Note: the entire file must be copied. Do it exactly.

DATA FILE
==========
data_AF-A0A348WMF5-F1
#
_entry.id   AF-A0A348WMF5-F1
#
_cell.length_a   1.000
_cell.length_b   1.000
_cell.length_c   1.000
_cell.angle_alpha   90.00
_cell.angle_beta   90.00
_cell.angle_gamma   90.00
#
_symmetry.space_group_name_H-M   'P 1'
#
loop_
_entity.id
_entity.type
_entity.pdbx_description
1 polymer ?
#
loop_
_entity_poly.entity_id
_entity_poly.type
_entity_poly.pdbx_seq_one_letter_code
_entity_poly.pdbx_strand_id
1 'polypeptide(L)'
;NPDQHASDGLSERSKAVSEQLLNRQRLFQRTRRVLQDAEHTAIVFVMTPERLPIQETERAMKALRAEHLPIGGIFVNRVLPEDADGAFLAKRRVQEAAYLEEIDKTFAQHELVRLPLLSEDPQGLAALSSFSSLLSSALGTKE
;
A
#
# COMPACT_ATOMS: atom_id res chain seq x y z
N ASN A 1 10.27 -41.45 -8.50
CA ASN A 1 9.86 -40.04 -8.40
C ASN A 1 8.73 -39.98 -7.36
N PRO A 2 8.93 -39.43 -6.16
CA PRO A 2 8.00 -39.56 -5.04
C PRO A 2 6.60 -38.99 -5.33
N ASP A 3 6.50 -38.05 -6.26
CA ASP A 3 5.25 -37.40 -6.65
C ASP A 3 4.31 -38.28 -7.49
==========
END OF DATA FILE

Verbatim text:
data_AF-A0A348WMF5-F1
#
_entry.id   AF-A0A348WMF5-F1
#
_cell.length_a   1.000
_cell.length_b   1.000
_cell.length_c   1.000
_cell.angle_alpha   90.00
_cell.angle_beta   90.00
_cell.angle_gamma   90.00
#
_symmetry.space_group_name_H-M   'P 1'
#
loop_
_entity.id
_entity.type
_entity.pdbx_description
1 polymer ?
#
loop_
_entity_poly.entity_id
_entity_poly.type
_entity_poly.pdbx_seq_one_letter_code
_entity_poly.pdbx_strand_id
1 'polypeptide(L)'
;NPDQHASDGLSERSKAVSEQLLNRQRLFQRTRRVLQDAEHTAIVFVMTPERLPIQETERAMKALRAEHLPIGGIFVNRVLPEDADGAFLAKRRVQEAAYLEEIDKTFAQHELVRLPLLSEDPQGLAALSSFSSLLSSALGTKE
;
A
#
# COMPACT_ATOMS: atom_id res chain seq x y z
N ASN A 1 10.27 -41.45 -8.50
CA ASN A 1 9.86 -40.04 -8.40
C ASN A 1 8.73 -39.98 -7.36
N PRO A 2 8.93 -39.43 -6.16
CA PRO A 2 8.00 -39.56 -5.04
C PRO A 2 6.60 -38.99 -5.33
N ASP A 3 6.50 -38.05 -6.26
CA ASP A 3 5.25 -37.40 -6.65
C ASP A 3 4.31 -38.28 -7.49